Sudanese Revolutionary Front Demands One Third of Parliament’s Seats
Optimism has prevailed in peace talks between Sudan’s government and the Sudanese Revolutionary Front (SRF), a coalition of armed movements.
The negotiating delegations are expected to reach a final and comprehensive agreement in the power-sharing issue once they solve the prospective Transitional Legislative Council (parliament).
The South Sudanese mediation seems to be optimistic that a major breakthrough, in this case, will be reached within days.
Direct rounds of talks were launched last week between the government and the SRF to obtain the support of the government’s leadership and speed up the process of negotiations on a number of outstanding issues.
The SRF includes Malik Agar’s Sudan People’s Liberation Movement-North (SPLM-N), Jibril Ibrahim’s Justice and Equality Movement (JEM), and Minni Arko Minnawi’s Sudan Liberation Army.
Minnawi told Asharq Al-Awsat that there isn’t any indication of significant progress.
“The progress is linked with the proportion given to the armed movements in the transitional parliament,” he stressed and accused the Forces of the Declaration of Freedom and Change (FDFC) of obstructing the process.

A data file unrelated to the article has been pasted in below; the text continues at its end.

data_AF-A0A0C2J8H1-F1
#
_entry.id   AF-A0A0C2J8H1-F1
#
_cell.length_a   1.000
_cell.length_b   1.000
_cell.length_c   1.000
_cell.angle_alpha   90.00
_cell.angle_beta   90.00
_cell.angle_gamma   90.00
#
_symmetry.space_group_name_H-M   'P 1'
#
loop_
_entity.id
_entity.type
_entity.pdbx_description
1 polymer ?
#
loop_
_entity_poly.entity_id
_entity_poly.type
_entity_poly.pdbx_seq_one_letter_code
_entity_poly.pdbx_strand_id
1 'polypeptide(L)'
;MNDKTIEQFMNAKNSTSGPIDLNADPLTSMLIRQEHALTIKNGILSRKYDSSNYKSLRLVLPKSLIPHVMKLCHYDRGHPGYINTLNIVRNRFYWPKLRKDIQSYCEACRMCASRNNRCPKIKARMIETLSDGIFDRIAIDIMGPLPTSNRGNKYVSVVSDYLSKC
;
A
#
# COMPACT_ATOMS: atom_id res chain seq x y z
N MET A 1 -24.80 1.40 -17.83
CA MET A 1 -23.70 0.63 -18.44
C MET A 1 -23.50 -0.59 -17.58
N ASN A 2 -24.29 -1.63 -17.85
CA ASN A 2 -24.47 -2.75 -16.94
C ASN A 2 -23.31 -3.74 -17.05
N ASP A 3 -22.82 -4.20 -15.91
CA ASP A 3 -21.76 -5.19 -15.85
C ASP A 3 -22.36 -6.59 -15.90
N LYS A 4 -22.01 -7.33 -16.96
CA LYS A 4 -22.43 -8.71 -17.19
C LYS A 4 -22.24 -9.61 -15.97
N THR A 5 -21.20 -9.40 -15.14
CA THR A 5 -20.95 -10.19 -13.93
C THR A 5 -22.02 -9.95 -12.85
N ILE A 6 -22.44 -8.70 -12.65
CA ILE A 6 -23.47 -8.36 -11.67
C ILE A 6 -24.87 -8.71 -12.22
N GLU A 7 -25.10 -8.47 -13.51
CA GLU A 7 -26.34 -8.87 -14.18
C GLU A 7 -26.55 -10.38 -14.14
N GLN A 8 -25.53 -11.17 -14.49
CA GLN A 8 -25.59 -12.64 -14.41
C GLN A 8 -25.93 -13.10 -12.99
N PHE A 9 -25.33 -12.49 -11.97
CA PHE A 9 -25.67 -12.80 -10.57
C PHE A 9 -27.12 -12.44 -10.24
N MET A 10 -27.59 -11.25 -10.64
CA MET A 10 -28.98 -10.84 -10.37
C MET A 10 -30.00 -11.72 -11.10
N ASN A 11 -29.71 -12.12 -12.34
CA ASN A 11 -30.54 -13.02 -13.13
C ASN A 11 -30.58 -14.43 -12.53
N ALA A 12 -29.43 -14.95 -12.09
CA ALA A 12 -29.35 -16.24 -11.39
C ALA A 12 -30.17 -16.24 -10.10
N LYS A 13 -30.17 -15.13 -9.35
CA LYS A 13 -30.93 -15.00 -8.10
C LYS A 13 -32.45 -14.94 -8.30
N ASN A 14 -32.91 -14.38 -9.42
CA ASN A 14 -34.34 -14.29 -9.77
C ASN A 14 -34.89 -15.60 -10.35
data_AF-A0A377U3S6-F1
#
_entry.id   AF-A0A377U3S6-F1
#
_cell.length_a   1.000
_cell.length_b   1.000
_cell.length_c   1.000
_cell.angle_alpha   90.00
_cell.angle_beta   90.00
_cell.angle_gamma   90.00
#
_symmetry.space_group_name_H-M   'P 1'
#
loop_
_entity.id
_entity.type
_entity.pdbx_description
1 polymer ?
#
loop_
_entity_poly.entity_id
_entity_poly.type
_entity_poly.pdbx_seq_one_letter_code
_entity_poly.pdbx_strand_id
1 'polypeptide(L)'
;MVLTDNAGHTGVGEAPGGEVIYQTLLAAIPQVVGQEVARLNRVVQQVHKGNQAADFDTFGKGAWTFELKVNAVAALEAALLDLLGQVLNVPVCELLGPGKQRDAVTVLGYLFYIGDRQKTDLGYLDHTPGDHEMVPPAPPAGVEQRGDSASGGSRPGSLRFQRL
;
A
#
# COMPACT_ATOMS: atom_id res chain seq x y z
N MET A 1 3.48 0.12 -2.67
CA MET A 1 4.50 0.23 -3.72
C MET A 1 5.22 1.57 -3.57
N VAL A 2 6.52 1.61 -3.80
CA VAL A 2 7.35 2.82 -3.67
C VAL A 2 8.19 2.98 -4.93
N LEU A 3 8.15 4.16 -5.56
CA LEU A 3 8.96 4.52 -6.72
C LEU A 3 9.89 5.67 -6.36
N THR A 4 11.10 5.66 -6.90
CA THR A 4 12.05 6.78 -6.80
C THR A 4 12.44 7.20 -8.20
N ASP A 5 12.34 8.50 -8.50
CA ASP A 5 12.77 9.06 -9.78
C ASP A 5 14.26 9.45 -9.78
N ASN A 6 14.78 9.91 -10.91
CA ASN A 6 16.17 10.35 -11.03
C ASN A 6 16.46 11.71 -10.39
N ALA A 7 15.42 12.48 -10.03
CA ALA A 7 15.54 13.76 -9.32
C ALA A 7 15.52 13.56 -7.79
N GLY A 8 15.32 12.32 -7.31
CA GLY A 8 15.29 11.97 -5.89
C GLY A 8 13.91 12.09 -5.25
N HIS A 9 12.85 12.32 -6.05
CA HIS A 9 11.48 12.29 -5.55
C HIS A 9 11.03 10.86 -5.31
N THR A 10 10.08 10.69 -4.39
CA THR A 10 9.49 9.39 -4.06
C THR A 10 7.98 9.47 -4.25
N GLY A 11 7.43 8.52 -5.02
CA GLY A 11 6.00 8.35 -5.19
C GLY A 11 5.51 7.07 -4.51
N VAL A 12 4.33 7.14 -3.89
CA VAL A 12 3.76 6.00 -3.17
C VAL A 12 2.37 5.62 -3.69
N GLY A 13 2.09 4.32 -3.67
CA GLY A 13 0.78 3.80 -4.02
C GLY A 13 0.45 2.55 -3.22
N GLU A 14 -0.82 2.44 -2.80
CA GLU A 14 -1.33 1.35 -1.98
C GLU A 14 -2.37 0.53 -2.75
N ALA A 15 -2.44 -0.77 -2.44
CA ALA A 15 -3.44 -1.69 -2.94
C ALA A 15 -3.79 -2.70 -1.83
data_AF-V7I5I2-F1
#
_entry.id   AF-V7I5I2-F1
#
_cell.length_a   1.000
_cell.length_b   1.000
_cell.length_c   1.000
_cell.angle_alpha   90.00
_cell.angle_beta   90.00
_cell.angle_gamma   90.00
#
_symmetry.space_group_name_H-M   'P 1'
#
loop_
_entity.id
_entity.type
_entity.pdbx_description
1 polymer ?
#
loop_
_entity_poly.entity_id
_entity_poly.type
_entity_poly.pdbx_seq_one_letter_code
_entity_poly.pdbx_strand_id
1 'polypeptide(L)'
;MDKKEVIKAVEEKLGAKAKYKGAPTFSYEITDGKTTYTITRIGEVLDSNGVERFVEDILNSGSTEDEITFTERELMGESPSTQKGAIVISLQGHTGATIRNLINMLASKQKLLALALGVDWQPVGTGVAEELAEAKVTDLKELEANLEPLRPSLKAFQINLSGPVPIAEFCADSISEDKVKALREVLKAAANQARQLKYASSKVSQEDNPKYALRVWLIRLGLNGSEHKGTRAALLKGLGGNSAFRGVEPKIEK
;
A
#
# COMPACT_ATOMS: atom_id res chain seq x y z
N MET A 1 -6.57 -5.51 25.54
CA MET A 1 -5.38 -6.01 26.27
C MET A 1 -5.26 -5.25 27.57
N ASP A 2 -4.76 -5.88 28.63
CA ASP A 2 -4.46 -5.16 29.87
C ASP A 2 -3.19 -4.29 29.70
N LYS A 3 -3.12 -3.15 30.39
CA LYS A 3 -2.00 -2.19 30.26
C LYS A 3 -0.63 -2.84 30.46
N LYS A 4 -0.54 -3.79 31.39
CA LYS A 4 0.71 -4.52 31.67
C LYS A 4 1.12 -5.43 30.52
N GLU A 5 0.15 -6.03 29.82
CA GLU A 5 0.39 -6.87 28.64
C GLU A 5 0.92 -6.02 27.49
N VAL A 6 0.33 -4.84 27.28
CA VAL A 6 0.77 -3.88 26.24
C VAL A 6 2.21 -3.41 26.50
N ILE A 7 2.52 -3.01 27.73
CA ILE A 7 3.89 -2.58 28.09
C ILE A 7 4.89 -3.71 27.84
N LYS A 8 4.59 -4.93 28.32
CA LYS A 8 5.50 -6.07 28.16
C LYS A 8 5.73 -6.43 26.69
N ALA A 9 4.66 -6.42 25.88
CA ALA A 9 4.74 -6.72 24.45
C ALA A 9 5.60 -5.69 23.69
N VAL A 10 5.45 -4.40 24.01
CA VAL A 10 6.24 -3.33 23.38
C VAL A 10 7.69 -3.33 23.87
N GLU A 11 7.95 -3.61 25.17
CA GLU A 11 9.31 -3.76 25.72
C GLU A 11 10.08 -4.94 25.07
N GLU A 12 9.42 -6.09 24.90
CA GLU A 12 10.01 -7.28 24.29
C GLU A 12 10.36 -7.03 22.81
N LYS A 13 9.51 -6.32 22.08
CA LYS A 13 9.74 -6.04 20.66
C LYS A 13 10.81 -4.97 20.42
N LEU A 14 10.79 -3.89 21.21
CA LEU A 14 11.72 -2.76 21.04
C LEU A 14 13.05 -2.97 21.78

He affirmed that the revolutionary delegation will continue to negotiate with the government to reach an agreement in this regard.
Armed movements demand 35 percent share in the legislative council, to be taken from the 67 percent granted by the constitutional Document to the FDFC, which represents the ruling coalition and of which the armed movements are part.
The government delegation has proposed that all armed movements take part in the Peace Bloc, with 90 seats in the Legislative Council.
It said 50 seats are to be allocated to the SRF, and 40 seats for Abdelaziz al-Hilu and Abdul Wahid al-Nur’s Sudan People's Liberation Movement factions.
The three-year constitutional document governing the transitional period, which was signed between the FFC and the dissolved military council, grants 67 percent of the transitional council’s seats to the coalition forces and reserved the remainder to the non-signatories of the FFC Declaration.